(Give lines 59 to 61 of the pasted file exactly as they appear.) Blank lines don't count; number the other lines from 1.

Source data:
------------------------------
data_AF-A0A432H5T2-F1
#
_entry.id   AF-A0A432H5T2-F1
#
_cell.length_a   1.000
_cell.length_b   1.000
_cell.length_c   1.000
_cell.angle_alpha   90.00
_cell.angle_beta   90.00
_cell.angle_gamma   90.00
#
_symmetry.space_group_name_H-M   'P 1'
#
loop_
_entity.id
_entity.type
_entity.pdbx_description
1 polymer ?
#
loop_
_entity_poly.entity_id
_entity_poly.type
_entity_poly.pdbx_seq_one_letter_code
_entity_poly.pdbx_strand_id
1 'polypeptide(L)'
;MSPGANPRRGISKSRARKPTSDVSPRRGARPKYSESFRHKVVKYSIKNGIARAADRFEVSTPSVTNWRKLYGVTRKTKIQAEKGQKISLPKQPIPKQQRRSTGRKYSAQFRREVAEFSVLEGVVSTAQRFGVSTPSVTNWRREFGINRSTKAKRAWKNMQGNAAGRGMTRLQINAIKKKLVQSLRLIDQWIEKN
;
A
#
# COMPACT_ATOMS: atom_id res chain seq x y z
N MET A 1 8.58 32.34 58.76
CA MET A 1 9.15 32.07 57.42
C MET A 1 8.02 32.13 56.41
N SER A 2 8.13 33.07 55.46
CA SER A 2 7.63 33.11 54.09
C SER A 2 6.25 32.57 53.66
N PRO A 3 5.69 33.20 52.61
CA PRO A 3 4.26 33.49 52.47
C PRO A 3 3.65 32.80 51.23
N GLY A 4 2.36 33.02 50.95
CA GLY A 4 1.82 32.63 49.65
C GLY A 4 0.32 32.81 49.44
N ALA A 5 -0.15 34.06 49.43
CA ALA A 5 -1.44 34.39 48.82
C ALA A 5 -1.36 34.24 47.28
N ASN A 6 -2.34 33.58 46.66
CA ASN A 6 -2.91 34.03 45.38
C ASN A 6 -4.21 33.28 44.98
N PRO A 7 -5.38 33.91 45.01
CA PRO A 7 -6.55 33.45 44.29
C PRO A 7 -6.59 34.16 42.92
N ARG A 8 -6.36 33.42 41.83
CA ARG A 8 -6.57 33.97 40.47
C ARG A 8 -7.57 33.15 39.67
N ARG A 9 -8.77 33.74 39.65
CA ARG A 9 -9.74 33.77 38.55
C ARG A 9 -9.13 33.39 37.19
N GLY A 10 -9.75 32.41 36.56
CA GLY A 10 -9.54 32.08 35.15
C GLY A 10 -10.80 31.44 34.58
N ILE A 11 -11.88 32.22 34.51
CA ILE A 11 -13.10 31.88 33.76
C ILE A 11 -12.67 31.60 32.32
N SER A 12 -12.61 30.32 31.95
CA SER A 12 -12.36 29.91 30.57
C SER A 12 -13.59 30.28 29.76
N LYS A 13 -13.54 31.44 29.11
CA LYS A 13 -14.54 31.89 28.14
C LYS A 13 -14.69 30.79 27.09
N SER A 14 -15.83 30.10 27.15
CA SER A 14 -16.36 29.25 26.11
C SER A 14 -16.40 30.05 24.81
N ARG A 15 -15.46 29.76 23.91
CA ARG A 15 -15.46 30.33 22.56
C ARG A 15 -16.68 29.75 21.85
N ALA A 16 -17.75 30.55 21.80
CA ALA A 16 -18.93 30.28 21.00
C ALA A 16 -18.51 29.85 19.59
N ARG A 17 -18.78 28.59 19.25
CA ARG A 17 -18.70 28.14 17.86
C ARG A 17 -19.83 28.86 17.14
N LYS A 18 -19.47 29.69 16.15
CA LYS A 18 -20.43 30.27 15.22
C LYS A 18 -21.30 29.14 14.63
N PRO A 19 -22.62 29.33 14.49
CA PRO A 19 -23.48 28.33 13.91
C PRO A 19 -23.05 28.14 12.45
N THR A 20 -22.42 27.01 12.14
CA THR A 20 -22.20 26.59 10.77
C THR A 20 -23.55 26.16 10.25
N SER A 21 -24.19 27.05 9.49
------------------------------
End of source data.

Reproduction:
CA GLY A 10 -9.54 32.08 35.15
C GLY A 10 -10.80 31.44 34.58
N ILE A 11 -11.88 32.22 34.51